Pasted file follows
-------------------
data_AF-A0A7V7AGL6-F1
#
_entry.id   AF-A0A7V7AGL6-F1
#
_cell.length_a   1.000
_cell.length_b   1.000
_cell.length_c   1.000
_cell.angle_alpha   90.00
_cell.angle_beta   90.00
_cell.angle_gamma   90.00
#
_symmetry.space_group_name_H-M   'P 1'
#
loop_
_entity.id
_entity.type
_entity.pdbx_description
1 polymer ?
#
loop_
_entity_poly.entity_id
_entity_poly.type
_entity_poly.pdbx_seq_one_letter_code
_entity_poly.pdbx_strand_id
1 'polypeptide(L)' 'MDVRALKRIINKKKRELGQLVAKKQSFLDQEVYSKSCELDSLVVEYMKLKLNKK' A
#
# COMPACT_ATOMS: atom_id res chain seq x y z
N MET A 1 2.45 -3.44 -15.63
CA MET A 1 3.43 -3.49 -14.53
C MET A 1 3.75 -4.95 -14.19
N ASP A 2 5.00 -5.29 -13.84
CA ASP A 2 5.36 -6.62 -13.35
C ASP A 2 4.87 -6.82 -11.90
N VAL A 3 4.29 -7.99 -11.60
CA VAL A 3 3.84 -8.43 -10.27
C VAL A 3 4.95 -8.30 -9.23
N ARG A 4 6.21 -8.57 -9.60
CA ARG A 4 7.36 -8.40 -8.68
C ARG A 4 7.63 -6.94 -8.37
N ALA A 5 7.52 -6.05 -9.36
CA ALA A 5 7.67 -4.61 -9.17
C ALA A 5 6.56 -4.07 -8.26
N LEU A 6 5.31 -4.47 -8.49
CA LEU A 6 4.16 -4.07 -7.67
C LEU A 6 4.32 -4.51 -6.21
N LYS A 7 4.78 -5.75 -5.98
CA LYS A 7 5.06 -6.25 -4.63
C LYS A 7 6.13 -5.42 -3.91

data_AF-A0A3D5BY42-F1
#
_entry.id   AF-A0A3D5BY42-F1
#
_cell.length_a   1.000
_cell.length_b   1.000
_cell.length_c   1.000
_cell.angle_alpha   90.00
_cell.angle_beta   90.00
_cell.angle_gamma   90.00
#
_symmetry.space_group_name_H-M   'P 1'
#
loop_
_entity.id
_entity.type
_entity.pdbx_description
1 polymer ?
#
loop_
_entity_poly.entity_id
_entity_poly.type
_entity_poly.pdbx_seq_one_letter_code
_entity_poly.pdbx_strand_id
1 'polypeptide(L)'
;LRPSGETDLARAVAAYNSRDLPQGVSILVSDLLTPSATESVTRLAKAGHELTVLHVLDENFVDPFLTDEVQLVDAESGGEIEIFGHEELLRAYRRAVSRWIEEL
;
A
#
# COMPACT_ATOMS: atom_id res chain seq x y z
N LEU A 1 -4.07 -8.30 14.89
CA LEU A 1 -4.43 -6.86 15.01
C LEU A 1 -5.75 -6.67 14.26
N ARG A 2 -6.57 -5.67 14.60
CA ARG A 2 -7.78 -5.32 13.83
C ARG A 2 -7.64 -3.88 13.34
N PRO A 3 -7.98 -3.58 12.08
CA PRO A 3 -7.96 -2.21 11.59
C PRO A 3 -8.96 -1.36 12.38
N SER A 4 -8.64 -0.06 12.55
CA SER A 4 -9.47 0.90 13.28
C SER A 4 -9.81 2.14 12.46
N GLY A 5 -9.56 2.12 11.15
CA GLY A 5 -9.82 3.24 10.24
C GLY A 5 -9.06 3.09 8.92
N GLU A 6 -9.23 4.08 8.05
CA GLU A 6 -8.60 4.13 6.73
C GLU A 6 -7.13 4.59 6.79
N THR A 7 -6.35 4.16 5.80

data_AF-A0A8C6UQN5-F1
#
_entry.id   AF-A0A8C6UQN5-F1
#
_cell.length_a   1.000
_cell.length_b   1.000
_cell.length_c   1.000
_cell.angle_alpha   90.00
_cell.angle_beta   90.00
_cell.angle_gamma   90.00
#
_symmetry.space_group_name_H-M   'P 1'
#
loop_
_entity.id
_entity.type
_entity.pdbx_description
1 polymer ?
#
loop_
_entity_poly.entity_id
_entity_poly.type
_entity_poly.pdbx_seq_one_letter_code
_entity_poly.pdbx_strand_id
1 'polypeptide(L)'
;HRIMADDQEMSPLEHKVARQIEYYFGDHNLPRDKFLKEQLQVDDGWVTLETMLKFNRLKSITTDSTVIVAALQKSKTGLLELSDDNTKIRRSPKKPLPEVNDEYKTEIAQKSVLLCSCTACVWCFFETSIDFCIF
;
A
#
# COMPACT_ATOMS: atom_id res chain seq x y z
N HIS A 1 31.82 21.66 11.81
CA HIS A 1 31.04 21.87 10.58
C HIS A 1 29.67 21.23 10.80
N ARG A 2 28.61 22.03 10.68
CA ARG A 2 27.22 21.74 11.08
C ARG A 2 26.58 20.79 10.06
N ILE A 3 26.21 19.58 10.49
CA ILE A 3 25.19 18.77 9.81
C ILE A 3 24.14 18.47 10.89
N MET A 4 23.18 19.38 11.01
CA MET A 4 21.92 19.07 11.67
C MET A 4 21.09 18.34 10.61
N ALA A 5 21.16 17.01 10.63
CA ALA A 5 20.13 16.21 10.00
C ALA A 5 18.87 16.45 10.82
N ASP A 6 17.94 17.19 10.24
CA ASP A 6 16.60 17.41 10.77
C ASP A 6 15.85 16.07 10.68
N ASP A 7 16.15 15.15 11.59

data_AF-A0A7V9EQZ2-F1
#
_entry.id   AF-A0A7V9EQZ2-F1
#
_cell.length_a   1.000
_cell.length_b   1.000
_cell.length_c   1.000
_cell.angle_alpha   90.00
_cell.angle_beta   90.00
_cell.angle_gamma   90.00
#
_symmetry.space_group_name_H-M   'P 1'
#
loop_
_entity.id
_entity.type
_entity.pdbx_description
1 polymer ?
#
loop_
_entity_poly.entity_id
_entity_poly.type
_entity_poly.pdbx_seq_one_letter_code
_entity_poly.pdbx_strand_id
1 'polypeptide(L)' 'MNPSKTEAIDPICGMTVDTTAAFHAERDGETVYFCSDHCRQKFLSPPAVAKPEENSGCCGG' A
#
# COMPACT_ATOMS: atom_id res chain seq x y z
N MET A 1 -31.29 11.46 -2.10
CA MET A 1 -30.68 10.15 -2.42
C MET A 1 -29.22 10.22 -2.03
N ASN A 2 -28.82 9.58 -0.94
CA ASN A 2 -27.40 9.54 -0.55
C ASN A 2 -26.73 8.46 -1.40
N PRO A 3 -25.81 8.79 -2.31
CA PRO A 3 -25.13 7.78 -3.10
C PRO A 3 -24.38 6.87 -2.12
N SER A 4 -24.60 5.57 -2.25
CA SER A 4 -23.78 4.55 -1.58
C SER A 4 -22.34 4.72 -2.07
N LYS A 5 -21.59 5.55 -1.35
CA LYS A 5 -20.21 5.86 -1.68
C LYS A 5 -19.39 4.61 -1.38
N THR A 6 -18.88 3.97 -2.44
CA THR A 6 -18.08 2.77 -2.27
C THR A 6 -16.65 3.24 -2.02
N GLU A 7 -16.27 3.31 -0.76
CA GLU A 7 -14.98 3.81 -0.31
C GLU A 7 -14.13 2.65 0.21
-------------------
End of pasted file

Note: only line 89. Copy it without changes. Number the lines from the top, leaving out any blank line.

CA SER A 4 -9.47 0.90 13.28